As autumn swirls in with wild winds and soft, woolly fogs, various ill natured bugs arise and spread like gossip. Cold season cruds sweep through families and communities, all too often lingering long past the initial illness. Cover our coughs and wash our hands as we may, we still end up sharing nasty germs that can lay vulnerable people low. Youngsters and oldsters are frequent sufferers, as are those with wonky immune systems. Fortunately, a few solid defenses can help and protect us when illness gets us down.
The first lines of defense are so simple that many people forget about them or don’t think they really help, but two strategies definitely do. For one, stay warm; rhinoviruses flourish in low temperatures and chilled bodies are most susceptible. Next, gargling daily with warm salty water demonstrably reduces the incidence of upper respiratory tract infections. Gargling reduces the discomfort of sore throats and toothaches and can speed healing in both cases. Stir 1/4 teaspoon of flaked sea salt into 2/3 cup of hot tap water, swish some in your mouth, then gargle again and again until the cup is empty, repeating up to four times a day.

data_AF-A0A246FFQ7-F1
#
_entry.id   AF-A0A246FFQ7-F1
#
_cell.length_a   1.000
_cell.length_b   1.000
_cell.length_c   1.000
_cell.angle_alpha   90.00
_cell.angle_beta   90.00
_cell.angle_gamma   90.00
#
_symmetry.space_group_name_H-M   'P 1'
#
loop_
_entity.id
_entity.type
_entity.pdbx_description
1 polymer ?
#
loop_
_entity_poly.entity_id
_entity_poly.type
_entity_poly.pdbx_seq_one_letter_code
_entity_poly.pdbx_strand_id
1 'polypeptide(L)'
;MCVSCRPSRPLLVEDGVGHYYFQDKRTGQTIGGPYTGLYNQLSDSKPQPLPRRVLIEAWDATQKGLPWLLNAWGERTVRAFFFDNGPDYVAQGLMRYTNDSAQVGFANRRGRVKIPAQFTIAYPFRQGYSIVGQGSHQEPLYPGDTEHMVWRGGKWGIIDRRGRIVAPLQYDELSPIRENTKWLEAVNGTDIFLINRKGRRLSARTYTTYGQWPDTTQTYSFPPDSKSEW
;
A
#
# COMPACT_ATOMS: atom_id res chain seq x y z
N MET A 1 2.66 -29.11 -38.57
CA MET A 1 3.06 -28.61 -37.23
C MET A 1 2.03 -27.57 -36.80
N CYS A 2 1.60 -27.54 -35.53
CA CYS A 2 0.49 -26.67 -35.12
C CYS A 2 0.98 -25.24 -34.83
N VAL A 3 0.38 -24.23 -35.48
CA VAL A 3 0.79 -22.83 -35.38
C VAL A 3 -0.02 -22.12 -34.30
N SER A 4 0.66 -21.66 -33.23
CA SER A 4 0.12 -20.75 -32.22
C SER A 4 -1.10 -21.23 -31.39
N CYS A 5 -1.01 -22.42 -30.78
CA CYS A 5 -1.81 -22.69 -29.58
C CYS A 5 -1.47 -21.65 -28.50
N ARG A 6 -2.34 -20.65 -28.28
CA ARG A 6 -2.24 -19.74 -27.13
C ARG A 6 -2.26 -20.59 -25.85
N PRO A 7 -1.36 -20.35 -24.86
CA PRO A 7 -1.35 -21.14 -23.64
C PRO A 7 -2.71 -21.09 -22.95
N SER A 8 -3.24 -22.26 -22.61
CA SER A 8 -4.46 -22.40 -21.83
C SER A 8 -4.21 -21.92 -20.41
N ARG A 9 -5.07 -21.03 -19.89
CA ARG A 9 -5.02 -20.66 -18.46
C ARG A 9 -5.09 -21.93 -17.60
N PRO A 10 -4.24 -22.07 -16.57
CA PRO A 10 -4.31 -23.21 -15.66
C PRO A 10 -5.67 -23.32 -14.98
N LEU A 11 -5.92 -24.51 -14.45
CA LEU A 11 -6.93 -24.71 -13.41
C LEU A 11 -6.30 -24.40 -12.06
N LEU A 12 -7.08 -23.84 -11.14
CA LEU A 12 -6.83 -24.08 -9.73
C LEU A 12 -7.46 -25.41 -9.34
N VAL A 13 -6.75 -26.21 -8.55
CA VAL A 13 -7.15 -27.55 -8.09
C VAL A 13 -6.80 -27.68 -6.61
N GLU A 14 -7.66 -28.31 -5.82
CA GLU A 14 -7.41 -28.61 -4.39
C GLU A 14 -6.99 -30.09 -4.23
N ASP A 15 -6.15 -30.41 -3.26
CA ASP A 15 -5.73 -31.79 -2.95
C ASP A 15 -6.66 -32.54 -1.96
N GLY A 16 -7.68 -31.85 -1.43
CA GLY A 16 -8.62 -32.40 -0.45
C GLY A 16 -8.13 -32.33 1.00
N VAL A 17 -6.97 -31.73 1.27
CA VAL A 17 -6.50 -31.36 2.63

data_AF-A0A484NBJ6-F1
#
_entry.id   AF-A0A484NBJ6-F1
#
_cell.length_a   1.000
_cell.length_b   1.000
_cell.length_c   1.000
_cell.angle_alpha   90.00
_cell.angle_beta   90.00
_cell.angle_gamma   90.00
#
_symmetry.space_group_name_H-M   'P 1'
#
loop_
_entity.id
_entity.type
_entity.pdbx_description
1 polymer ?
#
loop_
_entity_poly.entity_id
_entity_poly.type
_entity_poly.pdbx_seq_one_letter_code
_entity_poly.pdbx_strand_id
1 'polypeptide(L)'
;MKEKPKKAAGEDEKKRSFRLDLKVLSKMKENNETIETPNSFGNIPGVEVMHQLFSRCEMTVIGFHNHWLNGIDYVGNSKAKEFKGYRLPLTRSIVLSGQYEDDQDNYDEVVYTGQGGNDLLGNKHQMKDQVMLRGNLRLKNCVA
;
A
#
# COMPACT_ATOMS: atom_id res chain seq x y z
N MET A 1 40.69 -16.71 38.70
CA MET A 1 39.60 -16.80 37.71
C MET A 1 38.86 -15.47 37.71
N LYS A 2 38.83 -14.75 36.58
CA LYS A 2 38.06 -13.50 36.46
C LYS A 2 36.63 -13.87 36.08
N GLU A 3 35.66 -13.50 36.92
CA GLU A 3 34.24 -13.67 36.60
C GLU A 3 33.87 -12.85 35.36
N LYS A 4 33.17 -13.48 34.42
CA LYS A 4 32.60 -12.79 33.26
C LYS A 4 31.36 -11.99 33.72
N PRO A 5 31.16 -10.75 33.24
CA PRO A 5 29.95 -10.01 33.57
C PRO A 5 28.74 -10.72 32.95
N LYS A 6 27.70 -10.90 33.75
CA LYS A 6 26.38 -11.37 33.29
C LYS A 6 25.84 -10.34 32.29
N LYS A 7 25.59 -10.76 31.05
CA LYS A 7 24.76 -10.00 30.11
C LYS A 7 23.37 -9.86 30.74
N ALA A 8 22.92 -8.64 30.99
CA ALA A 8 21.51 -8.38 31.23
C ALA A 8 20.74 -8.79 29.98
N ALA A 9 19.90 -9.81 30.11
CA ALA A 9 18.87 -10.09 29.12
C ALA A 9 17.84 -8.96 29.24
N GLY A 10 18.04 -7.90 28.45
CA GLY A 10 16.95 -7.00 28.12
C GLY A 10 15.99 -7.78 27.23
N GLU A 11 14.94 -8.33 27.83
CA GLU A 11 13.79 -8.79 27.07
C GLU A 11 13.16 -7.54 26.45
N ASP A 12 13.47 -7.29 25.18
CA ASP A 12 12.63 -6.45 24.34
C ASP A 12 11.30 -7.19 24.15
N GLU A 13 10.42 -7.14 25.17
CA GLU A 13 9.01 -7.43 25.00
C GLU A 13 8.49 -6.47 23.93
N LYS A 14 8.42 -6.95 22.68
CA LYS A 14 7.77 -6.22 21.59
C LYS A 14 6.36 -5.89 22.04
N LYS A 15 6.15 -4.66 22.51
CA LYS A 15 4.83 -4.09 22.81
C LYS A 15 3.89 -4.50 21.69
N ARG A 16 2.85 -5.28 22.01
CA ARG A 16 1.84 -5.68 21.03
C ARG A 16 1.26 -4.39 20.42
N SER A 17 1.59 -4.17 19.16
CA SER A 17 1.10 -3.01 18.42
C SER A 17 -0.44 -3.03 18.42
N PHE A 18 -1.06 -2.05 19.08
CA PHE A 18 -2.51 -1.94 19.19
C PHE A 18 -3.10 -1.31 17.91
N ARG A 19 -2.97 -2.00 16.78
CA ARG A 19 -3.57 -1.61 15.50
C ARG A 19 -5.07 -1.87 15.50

Healing Soups & Broths
Centuries of old wives’ folk remedies suggest that chicken soup can help cure a cold and in the past few decades, serious research has proved the wise women right. Turns out that inhaling the steam from a bowl of hot chicken soup can improve our nasal mucus velocity; thinner, faster draining mucus helps flush the system of the rhinovirus that’s making you sick. As well, chicken contains carnosine, a potent anti-inflammatory that slows down growth in viruses and other infections. Other common soup ingredients are also anti-inflammatory, notably onions, garlic, and ginger, all of which can make vegan soups effective flu fighters as well.
The best broths make for the best soups, so I always make my own. It’s not a difficult or time consuming process (simmering time doesn’t really count) and the result is light and fresh, full bodied without tasting greasy, clear instead of murky. Most of the time my broths are made with the scraps and trimmings of whatever I’m making, as in the chicken soup recipe below. If I’m not making soup, I bag up and freeze vegetable trimmings and scraps or make and freeze broth by the quart. I date and label the containers with permanent marker on blue painters’ tape to prevent awkward surprises (thawing chicken broth for vegans, f’rinstance).